Sunday, June 25, 2017

Looking Good On Paper

Most writers have experienced this at one time or another–you get an idea, do your research, plot the major points that make this a sound book idea and get to work, only to realize that what looked really good on paper won't fly when the nuts and bolts of the story start coming together and something's not right.

That's what happened to me last week. The house contract looked sound so I made a quick trip to North Carolina in search of my next adventure. I'd done my homework and had narrowed my choices to two potential cities, one of which I'd been to numerous times, the other a new to me city. I had decided renting was the best option, giving me time to settle in, and to fit in. However, two things were getting in my way–rents were more expensive than I thought they'd be, and the town I'd picked as my first choice didn't feel right. No warm fuzzy. I even asked total strangers what they liked about this particular town and they seemed puzzled, couldn't come up with an answer. I liked how they decorated the sides of the downtown building with images from the past. The historian in me appreciated the nod to the way things used to be. But it was not a good enough reason to consider relocating there.

So I moved on, a bit further south, to the town I'd visited many times over the years. Sliding into this little town felt like I was coming home. However, since it's close to a military base, rents are really high, even more so than the first town I was in. And housing prices are up there too, since it's a desirable location. I spent a couple of hours with a realtor, inspecting various houses, but my pickings were slim.

When I returned home, I got the news that the potential buyers backed out of the contract, since the home inspection turned up too many things that needed fixing. Even though I'd disclosed all the problems beforehand, it didn't seem to sink in until the home inspector laid it out to them. Back to square one.

So, what to do?

I threw away the paper on which I'd laid out my plans, realizing what looked good on paper wouldn't work in reality. But it's still a good idea. So, I'll rework the plan, come up with some different plot points, do some more research, and put my nose to the grindstone to get it done. After having seventeen books published, I know how to do this.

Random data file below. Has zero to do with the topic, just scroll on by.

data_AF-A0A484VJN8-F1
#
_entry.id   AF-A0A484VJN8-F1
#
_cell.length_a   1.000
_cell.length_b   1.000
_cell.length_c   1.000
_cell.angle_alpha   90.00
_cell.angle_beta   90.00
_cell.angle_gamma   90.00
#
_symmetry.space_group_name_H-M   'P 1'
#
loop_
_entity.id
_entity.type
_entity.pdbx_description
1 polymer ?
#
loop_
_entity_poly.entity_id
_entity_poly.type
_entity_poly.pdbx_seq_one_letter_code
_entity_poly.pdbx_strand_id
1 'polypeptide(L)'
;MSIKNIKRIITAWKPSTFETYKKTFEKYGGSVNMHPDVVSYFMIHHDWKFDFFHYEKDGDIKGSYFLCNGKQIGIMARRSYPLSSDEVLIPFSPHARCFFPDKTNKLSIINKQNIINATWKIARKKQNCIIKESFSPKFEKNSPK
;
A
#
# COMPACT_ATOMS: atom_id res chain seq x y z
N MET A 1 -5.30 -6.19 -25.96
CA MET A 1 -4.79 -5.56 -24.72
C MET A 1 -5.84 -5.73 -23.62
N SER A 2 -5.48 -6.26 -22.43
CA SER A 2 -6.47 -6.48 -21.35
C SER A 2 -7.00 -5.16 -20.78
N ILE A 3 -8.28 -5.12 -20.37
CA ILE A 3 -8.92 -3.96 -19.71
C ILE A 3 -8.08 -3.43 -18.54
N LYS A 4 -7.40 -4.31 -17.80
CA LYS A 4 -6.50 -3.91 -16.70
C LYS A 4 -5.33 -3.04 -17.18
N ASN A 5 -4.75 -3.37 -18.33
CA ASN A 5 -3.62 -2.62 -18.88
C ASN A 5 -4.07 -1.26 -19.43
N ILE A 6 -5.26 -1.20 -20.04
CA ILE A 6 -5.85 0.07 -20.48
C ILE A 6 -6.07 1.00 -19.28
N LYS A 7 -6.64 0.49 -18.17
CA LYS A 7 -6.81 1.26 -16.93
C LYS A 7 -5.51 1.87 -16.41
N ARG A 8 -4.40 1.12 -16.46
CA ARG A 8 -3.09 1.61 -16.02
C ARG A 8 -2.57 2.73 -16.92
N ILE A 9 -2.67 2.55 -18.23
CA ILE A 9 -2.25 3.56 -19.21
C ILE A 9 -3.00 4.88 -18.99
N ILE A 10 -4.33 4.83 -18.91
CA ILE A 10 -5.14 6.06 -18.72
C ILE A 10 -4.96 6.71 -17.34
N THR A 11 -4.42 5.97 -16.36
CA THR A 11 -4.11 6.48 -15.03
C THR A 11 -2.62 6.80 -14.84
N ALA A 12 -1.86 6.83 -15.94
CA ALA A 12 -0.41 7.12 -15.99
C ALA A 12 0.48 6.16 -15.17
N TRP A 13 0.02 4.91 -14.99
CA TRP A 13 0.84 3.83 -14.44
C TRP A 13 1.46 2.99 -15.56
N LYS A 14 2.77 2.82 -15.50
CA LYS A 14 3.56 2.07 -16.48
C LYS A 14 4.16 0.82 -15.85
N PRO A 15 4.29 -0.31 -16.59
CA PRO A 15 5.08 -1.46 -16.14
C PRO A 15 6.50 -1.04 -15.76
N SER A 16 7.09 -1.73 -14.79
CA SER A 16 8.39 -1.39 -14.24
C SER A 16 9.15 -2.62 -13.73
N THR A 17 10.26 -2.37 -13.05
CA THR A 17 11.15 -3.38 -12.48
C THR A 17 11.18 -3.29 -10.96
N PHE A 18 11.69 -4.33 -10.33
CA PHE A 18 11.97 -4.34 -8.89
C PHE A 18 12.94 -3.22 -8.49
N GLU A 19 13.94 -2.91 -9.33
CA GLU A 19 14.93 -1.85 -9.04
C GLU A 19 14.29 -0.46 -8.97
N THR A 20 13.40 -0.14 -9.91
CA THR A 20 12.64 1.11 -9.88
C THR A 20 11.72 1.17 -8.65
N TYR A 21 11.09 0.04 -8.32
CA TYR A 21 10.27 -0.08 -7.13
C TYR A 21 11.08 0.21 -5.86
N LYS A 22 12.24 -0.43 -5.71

Sunday, June 18, 2017

The Gypsy's On The Move

I don't know why I have this personality quirk, but every seven years or so, I like to upend my life. Since I've never married, it's not men, but locations that suffer from my seven year itch syndrome. It must be my gypsy blood. I wish the Tiny Home concept happened years ago. Then I could have taken the house with me as I tour the country, always eager to explore what's over the next hill.

I met a wonderfully supportive group of writer friends in Ohio and launched my career here, with my first book in 2012.
An agent told me recently I have an amazing publishing history and my writing is top-notch. Not something I could have accomplished without the love and support from this group. I will truly miss them.

My sister lived with me for the first time in our adult lives. We spent four years together, nursing each other through major surgeries, but she's now returning to Phoenix, where she spent so much of her life. Since I don't do deserts, she's going to be on her own. I'll miss her, but I also realize she needs her own space.

So where will I end up? This is where it gets exciting. I don't know. I explored some of North Carolina years ago when I first contemplated retirement, but couldn't find anything I cared much for. I've had gobs of time to research cities in the state now, and have sort of narrowed in on a choice, but I have yet to get there, boots on the ground, and check out the city I have in mind. As soon as my house passes inspection and I can be assured the potential buyers don't back out of the deal, I'll be on my way, scouting out a new location. Just as I did when I made the move to Austin years ago, I'll know when I pass the city limits sign that this city is the right one for me. At least that's my hope.

I'll be sure to let you know.

Sunday, June 11, 2017

A New Set Of Eyes